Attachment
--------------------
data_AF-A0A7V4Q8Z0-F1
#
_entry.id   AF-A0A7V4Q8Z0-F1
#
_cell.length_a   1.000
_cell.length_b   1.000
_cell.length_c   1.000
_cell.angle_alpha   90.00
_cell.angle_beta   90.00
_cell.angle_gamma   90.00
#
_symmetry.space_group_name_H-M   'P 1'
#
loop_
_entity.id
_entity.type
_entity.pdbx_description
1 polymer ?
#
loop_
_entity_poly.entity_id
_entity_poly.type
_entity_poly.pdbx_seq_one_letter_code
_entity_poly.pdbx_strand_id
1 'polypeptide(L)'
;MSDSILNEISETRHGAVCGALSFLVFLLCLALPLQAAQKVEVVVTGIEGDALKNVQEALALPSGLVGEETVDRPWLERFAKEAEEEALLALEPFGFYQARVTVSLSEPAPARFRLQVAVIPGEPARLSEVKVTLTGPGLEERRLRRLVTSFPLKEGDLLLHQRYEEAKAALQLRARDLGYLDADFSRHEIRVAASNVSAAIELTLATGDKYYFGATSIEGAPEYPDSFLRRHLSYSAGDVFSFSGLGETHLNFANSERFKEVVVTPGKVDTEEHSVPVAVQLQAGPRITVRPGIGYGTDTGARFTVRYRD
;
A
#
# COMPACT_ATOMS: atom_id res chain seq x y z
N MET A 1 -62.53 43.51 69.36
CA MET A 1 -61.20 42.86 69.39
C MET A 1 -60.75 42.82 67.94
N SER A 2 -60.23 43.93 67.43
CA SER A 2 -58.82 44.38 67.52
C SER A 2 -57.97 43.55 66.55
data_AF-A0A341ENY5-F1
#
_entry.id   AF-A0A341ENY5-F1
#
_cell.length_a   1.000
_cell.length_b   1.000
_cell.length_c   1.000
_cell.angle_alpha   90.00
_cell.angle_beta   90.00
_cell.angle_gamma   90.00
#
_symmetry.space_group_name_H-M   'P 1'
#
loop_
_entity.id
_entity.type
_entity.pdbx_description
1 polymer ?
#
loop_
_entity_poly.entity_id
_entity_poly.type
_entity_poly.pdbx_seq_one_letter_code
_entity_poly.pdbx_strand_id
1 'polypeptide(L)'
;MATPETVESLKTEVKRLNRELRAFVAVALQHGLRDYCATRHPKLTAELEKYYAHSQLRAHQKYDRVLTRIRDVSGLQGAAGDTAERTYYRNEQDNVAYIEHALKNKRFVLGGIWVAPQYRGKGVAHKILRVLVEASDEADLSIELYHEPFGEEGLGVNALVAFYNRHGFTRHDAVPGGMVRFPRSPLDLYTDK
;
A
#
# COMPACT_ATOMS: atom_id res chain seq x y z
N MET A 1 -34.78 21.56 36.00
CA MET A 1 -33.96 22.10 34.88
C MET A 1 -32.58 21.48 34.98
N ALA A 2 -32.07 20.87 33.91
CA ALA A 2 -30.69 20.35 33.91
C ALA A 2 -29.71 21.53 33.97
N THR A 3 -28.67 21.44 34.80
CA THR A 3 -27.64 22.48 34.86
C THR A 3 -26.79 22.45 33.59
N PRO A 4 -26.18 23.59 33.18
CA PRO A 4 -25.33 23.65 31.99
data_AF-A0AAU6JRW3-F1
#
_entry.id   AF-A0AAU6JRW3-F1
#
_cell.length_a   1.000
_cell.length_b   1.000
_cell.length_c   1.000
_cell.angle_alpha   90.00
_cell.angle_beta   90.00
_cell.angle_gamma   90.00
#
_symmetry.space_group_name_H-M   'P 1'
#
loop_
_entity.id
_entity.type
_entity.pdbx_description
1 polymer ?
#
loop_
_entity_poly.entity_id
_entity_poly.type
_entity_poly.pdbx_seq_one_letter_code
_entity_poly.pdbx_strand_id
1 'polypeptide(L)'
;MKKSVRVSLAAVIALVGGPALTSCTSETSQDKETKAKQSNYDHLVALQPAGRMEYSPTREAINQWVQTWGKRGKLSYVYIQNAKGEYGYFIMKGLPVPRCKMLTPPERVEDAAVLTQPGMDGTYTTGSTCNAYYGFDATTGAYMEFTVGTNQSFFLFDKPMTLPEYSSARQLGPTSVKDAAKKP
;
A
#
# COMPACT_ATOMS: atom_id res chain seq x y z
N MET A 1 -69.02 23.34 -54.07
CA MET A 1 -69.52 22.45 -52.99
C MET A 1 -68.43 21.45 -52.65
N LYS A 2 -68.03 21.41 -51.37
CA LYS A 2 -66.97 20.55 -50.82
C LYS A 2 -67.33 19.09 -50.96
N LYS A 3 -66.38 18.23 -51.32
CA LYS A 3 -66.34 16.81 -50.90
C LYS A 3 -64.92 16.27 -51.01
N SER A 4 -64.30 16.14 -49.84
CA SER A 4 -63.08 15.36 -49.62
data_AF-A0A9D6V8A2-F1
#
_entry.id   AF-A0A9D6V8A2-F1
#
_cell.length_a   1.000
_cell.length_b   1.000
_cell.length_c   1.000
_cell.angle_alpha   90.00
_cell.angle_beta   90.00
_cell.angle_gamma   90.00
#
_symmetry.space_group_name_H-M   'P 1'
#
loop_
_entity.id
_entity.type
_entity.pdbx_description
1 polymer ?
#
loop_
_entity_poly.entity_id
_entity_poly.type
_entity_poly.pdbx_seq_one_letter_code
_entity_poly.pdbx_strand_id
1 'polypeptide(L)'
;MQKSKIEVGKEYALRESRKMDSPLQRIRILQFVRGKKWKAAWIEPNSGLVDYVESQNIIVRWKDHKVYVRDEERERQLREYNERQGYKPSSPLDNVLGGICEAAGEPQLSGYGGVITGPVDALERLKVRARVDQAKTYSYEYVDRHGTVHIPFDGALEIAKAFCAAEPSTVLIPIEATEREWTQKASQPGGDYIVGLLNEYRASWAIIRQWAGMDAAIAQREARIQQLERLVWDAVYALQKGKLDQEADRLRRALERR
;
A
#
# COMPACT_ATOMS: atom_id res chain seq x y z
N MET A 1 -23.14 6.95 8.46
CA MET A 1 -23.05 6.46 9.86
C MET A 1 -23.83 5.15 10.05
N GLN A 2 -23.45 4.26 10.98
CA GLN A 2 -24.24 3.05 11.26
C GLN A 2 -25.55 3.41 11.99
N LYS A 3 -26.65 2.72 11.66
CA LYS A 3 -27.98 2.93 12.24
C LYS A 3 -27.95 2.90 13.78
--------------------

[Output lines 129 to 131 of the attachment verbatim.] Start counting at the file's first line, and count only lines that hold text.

#
_symmetry.space_group_name_H-M   'P 1'
#